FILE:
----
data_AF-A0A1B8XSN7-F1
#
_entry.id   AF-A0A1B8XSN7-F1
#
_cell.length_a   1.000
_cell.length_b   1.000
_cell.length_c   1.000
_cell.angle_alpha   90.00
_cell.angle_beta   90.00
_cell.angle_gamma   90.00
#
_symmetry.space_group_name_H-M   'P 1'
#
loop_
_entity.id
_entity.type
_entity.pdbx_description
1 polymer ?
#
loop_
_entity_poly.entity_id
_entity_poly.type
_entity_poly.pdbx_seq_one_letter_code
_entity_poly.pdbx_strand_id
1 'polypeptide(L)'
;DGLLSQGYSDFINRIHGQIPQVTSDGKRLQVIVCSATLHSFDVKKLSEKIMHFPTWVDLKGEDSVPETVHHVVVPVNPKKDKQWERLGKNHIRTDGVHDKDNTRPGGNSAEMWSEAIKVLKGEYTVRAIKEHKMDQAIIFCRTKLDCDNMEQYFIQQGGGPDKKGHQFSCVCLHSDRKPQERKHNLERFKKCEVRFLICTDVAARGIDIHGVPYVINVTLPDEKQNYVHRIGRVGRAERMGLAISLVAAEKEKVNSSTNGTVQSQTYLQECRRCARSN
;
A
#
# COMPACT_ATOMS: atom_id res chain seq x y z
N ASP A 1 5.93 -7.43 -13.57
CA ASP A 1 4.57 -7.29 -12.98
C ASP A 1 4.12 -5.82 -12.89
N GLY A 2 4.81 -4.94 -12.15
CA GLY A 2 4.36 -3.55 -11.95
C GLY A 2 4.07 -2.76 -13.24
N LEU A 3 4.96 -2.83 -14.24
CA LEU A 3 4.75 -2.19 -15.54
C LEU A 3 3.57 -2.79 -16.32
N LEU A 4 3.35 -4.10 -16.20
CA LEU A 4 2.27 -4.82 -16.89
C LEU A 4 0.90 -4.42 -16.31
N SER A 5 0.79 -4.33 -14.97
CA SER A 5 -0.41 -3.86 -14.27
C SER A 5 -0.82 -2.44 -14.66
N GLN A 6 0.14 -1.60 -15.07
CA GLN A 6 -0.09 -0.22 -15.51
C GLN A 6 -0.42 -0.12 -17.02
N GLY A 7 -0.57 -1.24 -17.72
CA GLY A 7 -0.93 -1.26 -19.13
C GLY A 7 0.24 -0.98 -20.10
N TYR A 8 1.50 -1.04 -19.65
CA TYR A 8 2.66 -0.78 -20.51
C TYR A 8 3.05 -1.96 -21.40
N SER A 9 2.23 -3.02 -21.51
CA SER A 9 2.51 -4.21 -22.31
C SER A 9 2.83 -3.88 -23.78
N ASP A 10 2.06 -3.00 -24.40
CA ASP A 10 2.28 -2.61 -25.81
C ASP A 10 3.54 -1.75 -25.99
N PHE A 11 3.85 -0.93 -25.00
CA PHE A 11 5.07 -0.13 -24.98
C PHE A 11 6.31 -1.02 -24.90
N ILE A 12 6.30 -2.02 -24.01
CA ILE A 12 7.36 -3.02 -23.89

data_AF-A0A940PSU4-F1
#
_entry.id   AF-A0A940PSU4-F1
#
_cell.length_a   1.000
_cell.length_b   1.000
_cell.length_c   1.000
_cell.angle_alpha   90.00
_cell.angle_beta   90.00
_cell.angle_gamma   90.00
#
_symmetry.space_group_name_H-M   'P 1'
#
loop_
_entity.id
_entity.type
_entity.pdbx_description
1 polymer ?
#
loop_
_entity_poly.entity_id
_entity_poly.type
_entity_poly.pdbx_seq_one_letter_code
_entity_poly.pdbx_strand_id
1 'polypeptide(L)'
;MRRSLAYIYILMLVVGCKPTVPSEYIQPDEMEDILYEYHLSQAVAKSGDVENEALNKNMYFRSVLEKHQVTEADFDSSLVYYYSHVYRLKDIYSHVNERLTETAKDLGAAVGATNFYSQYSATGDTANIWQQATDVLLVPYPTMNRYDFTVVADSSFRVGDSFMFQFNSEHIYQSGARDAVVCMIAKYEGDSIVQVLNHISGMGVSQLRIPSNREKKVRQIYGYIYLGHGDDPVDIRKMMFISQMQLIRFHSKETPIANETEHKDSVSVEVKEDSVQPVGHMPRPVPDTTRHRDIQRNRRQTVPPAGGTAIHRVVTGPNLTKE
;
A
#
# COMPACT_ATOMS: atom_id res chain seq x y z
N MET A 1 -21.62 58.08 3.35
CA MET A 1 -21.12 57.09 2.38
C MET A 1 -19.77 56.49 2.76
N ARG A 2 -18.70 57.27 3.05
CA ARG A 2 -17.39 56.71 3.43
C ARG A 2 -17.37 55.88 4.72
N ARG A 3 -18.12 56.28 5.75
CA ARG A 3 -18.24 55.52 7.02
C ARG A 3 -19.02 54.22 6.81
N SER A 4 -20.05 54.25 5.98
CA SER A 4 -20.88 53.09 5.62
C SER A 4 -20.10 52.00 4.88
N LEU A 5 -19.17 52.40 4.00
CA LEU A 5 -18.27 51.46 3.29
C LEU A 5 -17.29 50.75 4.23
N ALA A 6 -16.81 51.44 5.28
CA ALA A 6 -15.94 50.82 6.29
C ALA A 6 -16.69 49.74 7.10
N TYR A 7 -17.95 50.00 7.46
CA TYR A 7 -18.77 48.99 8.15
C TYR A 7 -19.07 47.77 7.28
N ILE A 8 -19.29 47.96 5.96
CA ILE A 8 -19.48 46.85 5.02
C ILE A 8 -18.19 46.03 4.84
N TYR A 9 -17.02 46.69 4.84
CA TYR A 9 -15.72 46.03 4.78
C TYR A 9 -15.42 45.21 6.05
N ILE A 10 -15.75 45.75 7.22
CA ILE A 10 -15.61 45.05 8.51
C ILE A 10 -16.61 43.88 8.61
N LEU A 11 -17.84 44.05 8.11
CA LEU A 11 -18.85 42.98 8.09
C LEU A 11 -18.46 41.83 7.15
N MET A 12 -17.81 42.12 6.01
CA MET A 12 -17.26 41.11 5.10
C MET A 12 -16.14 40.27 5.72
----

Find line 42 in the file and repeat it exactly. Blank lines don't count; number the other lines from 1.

C LEU A 4 0.90 -4.42 -16.31